In 1943, when the end of World War II was still far from predictable, some 44 governments came together in Hot Springs, Virginia, in the United States and committed themselves to creating an international organization in the field of food and agriculture. Its role and purpose were described with extraordinary eloquence and foresight in The Work of FAO, a report prepared in June 1945 on behalf of the United Nations Interim Commission on Food and Agriculture by a committee under the chairmanship of Frank L. McDougall of Australia. The vision articulated in this document is as relevant today as it was 60 years ago, as is evident from the extracts in the box on the preceding pages.
The report of the Interim Commission and the draft Constitution served as the main input for the first FAO Conference, held in Quebec City, Canada, which led to FAO being founded as a specialized agency of the United Nations on 16 October 1945. From its birth, it was agreed that FAO would be multidisciplinary, and "concerned with that large sector represented by the world's farms, forests, and fisheries, and by the needs of human beings for their products." The report also stressed that FAO was beginning its work in the context of a much wider international effort, as it would be associated with the Economic and Social Council of the United Nations, and would have "as working partners ... bodies concerned with the international problems of labor, credit, monetary stabilization, commerce and trade, health, education, and other matters vital to the welfare of nations."
The intervening six decades have witnessed remarkable changes, changes that have had a profound influence on FAO and the other organizations of the United Nations system. In the years immediately following World War II, much of the focus of international effort was on feeding the hungry and undernourished in Europe and Japan and on rebuilding the shattered infrastructure and cities of Europe. In this context the Marshall Plan was established, providing some US$13 billion for investment in basic infrastructure and enterprises to spearhead recovery, setting a precedent for large-scale international aid deliveries that was later successfully applied in Asia and, to a lesser extent, in Latin America, but not yet in Africa.
As the process of decolonization moved forward in the 1960s, an increasing number of newly independent nations emerged to become members of the United Nations (UN) and its agencies. With the withdrawal of the colonial powers, the UN system began to assume many of the responsibilities for the provision of financial and technical assistance sought by the new states as they took charge of their own affairs, building the institutions and infrastructure on which to base their future economic growth.
The UN system, including FAO and others in the original group of specialized agencies such as the International Labour Organization (ILO), the World Health Organization (WHO) and the United Nations Educational, Scientific and Cultural Organization (UNESCO), grew rapidly in size in the 1960s and 1970s to respond to these new demands. Concomitant with this growth was the foundation of new entities within the system, including, in areas of relevance to FAO, the World Food Programme (WFP) in 1963, the UN Development Programme (UNDP) in 1965, the UN Environment Programme (UNEP) in 1972 and the International Fund for Agricultural Development (IFAD) in 1977, and, closely allied to the UN system, the Consultative Group for International Agricultural Research (CGIAR) in 1971. From the 1960s onwards, the World Bank and the Regional Development Banks progressively built up their portfolios in agriculture and rural development, and bilateral donors began to establish specialized ministries of development cooperation.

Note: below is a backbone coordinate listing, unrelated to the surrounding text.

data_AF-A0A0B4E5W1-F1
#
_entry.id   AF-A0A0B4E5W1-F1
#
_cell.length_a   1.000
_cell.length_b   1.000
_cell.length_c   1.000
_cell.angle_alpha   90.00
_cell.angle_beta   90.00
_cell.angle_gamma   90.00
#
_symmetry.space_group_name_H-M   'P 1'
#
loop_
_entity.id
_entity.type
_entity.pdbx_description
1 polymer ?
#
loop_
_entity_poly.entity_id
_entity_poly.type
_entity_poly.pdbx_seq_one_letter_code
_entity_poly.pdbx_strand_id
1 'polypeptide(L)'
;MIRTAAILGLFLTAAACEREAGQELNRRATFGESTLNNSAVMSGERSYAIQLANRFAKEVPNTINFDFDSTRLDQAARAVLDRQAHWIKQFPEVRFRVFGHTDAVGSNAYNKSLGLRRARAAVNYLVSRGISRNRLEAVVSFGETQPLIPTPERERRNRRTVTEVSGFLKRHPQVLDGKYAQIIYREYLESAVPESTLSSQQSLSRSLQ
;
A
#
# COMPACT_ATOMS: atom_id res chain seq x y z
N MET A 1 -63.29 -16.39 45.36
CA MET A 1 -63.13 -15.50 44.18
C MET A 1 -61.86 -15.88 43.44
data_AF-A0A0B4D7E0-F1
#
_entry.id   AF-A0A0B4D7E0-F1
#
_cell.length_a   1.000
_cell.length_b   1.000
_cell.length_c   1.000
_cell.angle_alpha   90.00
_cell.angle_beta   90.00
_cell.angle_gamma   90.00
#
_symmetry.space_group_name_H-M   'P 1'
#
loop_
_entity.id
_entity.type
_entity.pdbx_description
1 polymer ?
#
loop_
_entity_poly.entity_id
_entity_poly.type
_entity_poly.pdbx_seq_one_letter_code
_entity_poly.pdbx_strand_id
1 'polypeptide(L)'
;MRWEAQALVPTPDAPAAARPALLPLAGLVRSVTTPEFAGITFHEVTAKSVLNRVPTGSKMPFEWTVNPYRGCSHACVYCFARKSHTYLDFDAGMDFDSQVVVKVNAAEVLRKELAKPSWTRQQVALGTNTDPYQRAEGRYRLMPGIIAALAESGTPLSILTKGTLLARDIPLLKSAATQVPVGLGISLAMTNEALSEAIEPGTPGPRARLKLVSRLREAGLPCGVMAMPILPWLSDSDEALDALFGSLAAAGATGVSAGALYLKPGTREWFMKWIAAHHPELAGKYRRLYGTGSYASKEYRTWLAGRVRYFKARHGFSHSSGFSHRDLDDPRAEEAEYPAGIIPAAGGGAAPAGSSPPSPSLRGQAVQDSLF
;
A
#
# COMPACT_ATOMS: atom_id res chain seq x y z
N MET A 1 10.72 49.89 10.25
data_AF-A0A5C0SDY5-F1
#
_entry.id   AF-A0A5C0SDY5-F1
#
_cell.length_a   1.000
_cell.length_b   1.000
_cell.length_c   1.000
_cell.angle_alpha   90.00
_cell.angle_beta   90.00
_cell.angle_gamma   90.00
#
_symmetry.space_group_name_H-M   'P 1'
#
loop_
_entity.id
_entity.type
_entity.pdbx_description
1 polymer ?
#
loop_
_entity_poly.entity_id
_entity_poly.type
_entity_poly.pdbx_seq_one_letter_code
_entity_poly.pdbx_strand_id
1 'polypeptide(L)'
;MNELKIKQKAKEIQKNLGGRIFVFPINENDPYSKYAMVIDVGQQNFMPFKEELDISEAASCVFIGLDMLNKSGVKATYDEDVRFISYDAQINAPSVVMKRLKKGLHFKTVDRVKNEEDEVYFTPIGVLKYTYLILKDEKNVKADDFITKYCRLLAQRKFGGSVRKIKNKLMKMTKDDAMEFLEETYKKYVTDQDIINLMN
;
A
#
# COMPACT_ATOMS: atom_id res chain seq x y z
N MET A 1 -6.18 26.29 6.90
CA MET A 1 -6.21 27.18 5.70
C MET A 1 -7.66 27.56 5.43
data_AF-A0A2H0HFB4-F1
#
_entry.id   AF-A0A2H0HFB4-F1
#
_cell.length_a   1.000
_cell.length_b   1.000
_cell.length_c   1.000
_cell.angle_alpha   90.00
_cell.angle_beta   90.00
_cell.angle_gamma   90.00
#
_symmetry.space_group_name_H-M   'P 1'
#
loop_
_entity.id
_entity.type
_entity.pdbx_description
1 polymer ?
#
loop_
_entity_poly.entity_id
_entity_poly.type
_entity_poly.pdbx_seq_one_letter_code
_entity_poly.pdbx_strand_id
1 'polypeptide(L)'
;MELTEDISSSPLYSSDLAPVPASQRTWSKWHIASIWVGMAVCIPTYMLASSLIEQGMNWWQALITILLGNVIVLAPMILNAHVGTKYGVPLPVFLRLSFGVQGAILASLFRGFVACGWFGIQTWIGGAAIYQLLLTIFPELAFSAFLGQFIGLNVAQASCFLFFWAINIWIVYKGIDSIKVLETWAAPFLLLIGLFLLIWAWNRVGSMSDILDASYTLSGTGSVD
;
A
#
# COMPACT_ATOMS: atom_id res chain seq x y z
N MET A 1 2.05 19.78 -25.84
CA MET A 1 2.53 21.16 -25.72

Some of the most profound changes have occurred over the past three decades. These have seen a redefinition in most countries of the role of the state, which has moved away from many areas of activity such as marketing of agricultural produce or farm inputs and managing agro-industries, to concentrate its efforts on the assurance of essential services and infrastructure and on the provision of legal, institutional and policy frameworks that open up opportunities for the emergence of non-state actors. During this short period the private sector has become an increasingly important player in national economies, often the major supplier of technologies, inputs services and markets for producers - a phenomenon that calls for new definitions of the respective roles of the private and public sectors in development.
Equally significant has been the growth of institutions within civil society, especially non-governmental organizations (NGOs), both national and international. Many were created to fill a gap between the state and the private sector and to respond to the wish of individual citizens to be able to contribute directly to the reduction of human suffering at times of emergency. As their resources have grown, their role has expanded to providing development assistance (with several having a much larger presence in developing countries than FAO) and particularly to becoming powerful advocates for a more just and equitable world.